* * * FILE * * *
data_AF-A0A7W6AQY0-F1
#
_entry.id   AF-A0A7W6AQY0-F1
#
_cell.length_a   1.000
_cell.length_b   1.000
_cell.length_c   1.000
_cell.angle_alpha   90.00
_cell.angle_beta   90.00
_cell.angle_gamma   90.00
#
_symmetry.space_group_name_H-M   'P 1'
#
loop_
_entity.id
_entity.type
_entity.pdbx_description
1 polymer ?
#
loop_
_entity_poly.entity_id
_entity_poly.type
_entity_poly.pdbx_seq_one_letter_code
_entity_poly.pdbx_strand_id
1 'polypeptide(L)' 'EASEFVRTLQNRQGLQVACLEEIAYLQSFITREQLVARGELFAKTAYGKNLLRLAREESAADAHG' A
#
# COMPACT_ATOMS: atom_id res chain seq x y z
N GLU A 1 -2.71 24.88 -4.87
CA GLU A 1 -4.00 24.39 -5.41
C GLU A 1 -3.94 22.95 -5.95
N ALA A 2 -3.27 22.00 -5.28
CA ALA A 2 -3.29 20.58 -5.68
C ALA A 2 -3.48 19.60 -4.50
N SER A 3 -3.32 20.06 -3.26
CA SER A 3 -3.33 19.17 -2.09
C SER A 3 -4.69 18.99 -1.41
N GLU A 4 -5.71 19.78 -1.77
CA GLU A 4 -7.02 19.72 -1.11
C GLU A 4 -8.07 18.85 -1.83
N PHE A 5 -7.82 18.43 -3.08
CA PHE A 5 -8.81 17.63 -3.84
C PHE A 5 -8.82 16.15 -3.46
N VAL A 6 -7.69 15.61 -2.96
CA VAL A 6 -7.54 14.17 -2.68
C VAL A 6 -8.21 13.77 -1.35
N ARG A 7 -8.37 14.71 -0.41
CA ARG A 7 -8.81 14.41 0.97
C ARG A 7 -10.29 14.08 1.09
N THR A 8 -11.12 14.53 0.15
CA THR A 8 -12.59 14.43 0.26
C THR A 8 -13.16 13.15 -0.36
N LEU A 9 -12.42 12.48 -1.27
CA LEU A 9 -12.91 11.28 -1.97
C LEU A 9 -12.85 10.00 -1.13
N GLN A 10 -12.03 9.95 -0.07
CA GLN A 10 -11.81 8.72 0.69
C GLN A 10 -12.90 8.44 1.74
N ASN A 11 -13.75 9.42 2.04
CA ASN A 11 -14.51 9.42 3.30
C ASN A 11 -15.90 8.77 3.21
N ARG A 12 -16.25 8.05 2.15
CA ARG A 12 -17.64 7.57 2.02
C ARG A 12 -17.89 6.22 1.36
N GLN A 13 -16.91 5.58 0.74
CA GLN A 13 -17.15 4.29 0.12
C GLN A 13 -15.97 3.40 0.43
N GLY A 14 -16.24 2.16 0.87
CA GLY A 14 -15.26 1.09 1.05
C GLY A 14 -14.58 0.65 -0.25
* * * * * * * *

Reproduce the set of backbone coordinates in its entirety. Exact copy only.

data_AF-A0A7W6AQY0-F1
#
_entry.id   AF-A0A7W6AQY0-F1
#
_cell.length_a   1.000
_cell.length_b   1.000
_cell.length_c   1.000
_cell.angle_alpha   90.00
_cell.angle_beta   90.00
_cell.angle_gamma   90.00
#
_symmetry.space_group_name_H-M   'P 1'
#
loop_
_entity.id
_entity.type
_entity.pdbx_description
1 polymer ?
#
loop_
_entity_poly.entity_id
_entity_poly.type
_entity_poly.pdbx_seq_one_letter_code
_entity_poly.pdbx_strand_id
1 'polypeptide(L)' 'EASEFVRTLQNRQGLQVACLEEIAYLQSFITREQLVARGELFAKTAYGKNLLRLAREESAADAHG' A
#
# COMPACT_ATOMS: atom_id res chain seq x y z
N GLU A 1 -2.71 24.88 -4.87
CA GLU A 1 -4.00 24.39 -5.41
C GLU A 1 -3.94 22.95 -5.95
N ALA A 2 -3.27 22.00 -5.28
CA ALA A 2 -3.29 20.58 -5.68
C ALA A 2 -3.48 19.60 -4.50
N SER A 3 -3.32 20.06 -3.26
CA SER A 3 -3.33 19.17 -2.09
C SER A 3 -4.69 18.99 -1.41
N GLU A 4 -5.71 19.78 -1.77
CA GLU A 4 -7.02 19.72 -1.11
C GLU A 4 -8.07 18.85 -1.83
N PHE A 5 -7.82 18.43 -3.08
CA PHE A 5 -8.81 17.63 -3.84
C PHE A 5 -8.82 16.15 -3.46
N VAL A 6 -7.69 15.61 -2.96
CA VAL A 6 -7.54 14.17 -2.68
C VAL A 6 -8.21 13.77 -1.35
N ARG A 7 -8.37 14.71 -0.41
CA ARG A 7 -8.81 14.41 0.97
C ARG A 7 -10.29 14.08 1.09
N THR A 8 -11.12 14.53 0.15
CA THR A 8 -12.59 14.43 0.26
C THR A 8 -13.16 13.15 -0.36
N LEU A 9 -12.42 12.48 -1.27
CA LEU A 9 -12.91 11.28 -1.97
C LEU A 9 -12.85 10.00 -1.13
N GLN A 10 -12.03 9.95 -0.07
CA GLN A 10 -11.81 8.72 0.69
C GLN A 10 -12.90 8.44 1.74
N ASN A 11 -13.75 9.42 2.04
CA ASN A 11 -14.51 9.42 3.30
C ASN A 11 -15.90 8.77 3.21
N ARG A 12 -16.25 8.05 2.15
CA ARG A 12 -17.64 7.57 2.02
C ARG A 12 -17.89 6.22 1.36
N GLN A 13 -16.91 5.58 0.74
CA GLN A 13 -17.15 4.29 0.12
C GLN A 13 -15.97 3.40 0.43
N GLY A 14 -16.24 2.16 0.87
CA GLY A 14 -15.26 1.09 1.05
C GLY A 14 -14.58 0.65 -0.25